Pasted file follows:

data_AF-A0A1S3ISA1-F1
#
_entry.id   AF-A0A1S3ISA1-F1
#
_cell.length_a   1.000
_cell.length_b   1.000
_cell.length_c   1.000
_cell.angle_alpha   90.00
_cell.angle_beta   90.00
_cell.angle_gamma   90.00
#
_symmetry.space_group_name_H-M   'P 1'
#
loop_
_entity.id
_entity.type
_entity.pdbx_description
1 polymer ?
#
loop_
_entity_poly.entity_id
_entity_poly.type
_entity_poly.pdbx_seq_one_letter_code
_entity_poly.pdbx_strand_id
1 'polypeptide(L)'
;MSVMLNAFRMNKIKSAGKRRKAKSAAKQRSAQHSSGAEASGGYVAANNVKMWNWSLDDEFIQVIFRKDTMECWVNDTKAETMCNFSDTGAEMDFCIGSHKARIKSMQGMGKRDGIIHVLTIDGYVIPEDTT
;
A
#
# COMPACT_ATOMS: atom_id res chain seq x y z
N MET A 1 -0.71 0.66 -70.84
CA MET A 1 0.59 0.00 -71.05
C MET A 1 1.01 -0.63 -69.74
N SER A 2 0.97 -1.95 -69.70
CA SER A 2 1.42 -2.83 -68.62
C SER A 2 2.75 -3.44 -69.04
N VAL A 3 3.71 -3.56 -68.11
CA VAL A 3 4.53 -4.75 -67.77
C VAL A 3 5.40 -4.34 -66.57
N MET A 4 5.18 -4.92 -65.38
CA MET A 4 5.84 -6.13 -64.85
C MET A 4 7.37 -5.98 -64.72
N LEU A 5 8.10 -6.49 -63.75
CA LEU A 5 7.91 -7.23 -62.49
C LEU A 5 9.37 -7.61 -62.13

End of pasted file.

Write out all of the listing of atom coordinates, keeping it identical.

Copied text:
data_AF-A0A1S3ISA1-F1
#
_entry.id   AF-A0A1S3ISA1-F1
#
_cell.length_a   1.000
_cell.length_b   1.000
_cell.length_c   1.000
_cell.angle_alpha   90.00
_cell.angle_beta   90.00
_cell.angle_gamma   90.00
#
_symmetry.space_group_name_H-M   'P 1'
#
loop_
_entity.id
_entity.type
_entity.pdbx_description
1 polymer ?
#
loop_
_entity_poly.entity_id
_entity_poly.type
_entity_poly.pdbx_seq_one_letter_code
_entity_poly.pdbx_strand_id
1 'polypeptide(L)'
;MSVMLNAFRMNKIKSAGKRRKAKSAAKQRSAQHSSGAEASGGYVAANNVKMWNWSLDDEFIQVIFRKDTMECWVNDTKAETMCNFSDTGAEMDFCIGSHKARIKSMQGMGKRDGIIHVLTIDGYVIPEDTT
;
A
#
# COMPACT_ATOMS: atom_id res chain seq x y z
N MET A 1 -0.71 0.66 -70.84
CA MET A 1 0.59 0.00 -71.05
C MET A 1 1.01 -0.63 -69.74
N SER A 2 0.97 -1.95 -69.70
CA SER A 2 1.42 -2.83 -68.62
C SER A 2 2.75 -3.44 -69.04
N VAL A 3 3.71 -3.56 -68.11
CA VAL A 3 4.53 -4.75 -67.77
C VAL A 3 5.40 -4.34 -66.57
N MET A 4 5.18 -4.92 -65.38
CA MET A 4 5.84 -6.13 -64.85
C MET A 4 7.37 -5.98 -64.72
N LEU A 5 8.10 -6.49 -63.75
CA LEU A 5 7.91 -7.23 -62.49
C LEU A 5 9.37 -7.61 -62.13